I have had a busy couple of weeks, which has been mainly spent with a great many start-ups who I have met at a great many events such as one held recently at the splendid Rock Star Hub in the City where I sat on a panel of would-be investors. Firstly let me say that the energy and enthusiasm generated at these events is extraordinary and if you should be feeling a little depleted in the ‘oomph’ department turn up for a refill.
Due to media overkill and new crowd funding platforms mushrooming at weekly intervals there is a popular misconception that funding is easy and that a bright young thing can pitch up at any number of City Institutions with a good idea and walk away with a lorry load of venture cash. This is even less true than it was up until the autumn of 2008 when free spending European venture money was virtually sucked out of the economy and to mis-quote the Game of Thrones Winter had arrived.
However and for the less cynical of you it is still possible to raise venture capital but it is much harder and prising open the fingers of the most trusting HNI can be a bit of a trial even if you are the owner of the goose that lays the golden egg.
I must have sat through dozens of pitches in the last few weeks and listened to lots of requests for cash but the over-riding thing that has stuck me is that people in very ‘early stage’ probably need help, mentoring and nurturing before they are ready to even accept funds. Basic questions like: “how will you apply your funds” and “when will you achieve profitability” were often responded to with blank faces. If you are asking for funds just make sure you know how to apply them and be able to articulate the investor return when questioned. Funding is the life-blood of start-ups but make sure you know when and how to spend it because you won’t be given a second chance. Just to give you some context here about a hundred years I squandered my first bit of venture funding on an expensive PR Agency before I had a finished product, any customers or even any news but that was then and this is now and I am (hopefully) wiser. The moral of this story is just make sure that when asking for funds you can actually spend them wisely - if you do need help to get you to that stage don’t be shy and just ask for help -there are lots of pairs of safe hands out there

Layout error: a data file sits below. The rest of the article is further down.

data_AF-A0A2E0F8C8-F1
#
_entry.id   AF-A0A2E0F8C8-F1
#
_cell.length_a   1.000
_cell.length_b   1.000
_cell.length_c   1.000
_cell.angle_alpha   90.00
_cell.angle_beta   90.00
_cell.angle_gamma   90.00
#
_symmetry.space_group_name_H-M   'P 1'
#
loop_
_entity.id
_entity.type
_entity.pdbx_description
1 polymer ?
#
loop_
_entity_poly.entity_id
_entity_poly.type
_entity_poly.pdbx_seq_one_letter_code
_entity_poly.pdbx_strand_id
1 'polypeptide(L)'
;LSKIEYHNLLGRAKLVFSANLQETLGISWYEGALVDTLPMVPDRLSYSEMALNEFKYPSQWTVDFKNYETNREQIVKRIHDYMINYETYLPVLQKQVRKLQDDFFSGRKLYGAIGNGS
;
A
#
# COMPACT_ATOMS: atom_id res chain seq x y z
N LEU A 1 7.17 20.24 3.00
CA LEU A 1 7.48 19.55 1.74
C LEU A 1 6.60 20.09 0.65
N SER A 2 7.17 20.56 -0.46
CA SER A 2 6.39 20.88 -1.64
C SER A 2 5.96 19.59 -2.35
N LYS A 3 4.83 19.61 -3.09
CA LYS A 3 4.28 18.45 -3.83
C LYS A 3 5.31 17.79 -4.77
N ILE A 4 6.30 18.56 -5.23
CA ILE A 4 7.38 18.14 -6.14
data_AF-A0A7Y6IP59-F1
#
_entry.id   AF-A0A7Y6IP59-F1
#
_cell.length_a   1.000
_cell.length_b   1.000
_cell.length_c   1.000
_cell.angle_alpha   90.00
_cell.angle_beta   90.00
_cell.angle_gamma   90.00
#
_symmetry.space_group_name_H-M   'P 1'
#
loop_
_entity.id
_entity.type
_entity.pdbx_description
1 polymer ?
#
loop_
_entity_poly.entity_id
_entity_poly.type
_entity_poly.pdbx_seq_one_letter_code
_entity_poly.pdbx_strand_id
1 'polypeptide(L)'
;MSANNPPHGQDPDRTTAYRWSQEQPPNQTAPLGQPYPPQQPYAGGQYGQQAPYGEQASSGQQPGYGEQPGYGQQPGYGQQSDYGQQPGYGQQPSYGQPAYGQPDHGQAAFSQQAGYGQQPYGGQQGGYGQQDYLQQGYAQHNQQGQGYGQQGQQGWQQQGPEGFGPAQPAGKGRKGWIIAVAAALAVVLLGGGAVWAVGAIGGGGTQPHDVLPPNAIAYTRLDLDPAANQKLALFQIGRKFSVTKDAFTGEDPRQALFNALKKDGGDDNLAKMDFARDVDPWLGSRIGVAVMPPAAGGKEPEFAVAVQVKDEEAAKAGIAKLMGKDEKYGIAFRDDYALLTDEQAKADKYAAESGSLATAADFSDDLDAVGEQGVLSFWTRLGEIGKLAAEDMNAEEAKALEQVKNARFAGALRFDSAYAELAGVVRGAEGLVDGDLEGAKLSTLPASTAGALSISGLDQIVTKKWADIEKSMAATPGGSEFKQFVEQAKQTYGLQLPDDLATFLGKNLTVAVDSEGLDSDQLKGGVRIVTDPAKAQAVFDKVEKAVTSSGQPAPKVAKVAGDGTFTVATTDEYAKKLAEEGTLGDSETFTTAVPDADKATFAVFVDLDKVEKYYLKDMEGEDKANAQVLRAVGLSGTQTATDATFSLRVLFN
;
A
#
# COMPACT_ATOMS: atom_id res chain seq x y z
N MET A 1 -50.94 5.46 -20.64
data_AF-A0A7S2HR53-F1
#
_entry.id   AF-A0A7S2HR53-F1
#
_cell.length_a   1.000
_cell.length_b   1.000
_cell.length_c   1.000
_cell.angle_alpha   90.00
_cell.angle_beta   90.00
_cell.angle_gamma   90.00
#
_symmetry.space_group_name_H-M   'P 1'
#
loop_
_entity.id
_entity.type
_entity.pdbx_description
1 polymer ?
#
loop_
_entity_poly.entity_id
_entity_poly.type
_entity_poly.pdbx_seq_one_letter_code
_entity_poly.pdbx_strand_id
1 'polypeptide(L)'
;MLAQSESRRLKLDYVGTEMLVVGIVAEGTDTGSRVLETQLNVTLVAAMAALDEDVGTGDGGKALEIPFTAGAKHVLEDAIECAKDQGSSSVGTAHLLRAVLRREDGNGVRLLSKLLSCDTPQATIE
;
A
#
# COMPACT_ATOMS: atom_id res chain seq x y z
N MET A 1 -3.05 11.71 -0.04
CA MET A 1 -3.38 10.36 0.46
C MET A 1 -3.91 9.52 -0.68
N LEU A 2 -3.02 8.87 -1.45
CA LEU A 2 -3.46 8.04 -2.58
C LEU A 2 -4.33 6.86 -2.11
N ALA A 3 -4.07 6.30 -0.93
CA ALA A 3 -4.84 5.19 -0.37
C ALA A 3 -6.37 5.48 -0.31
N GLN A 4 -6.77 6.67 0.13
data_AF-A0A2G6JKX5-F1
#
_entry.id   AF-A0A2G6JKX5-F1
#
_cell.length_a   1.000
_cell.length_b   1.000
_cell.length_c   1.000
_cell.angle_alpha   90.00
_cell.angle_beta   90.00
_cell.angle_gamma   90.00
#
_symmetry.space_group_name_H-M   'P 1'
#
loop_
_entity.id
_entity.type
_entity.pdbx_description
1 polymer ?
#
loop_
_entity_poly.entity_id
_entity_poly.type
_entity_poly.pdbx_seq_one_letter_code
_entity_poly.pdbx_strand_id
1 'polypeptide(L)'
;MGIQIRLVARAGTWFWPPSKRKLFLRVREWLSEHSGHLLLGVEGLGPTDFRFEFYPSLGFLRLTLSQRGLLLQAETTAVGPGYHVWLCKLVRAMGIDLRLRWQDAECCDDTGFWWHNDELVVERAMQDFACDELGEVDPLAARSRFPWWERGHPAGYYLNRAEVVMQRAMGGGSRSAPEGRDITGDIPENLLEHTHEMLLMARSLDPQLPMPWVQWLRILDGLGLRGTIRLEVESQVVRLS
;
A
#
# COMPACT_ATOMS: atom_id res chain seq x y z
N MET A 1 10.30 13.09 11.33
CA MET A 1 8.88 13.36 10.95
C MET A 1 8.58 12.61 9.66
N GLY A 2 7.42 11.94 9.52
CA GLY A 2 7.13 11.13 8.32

Finally then make sure that you are prepared before you start pitching and the following ammunition is essential.
1. A MOI (memorandum of investment) in readable English and preferably on one sheet of paper and something my Mum would understand
2. A PowerPoint deck of simple-to-understand slides which answer the anticipated questions unambiguously
3. A forecast that will withstand scrutiny and the set of assumptions that have been soundly thought through
4. YOUR vision of where your business is going to be in 3 years time
In closing, here are my top tips:
- Research until you are sick of it
- Practice your pitch until it becomes second nature
- Stick to your time allocation
- Don’t lift the bonnet unless asked – 36,000 feet is fine
- Don’t overstay your welcome
- Answer the questions simply and leave the tap dancing at home
- Back up all your assertions with facts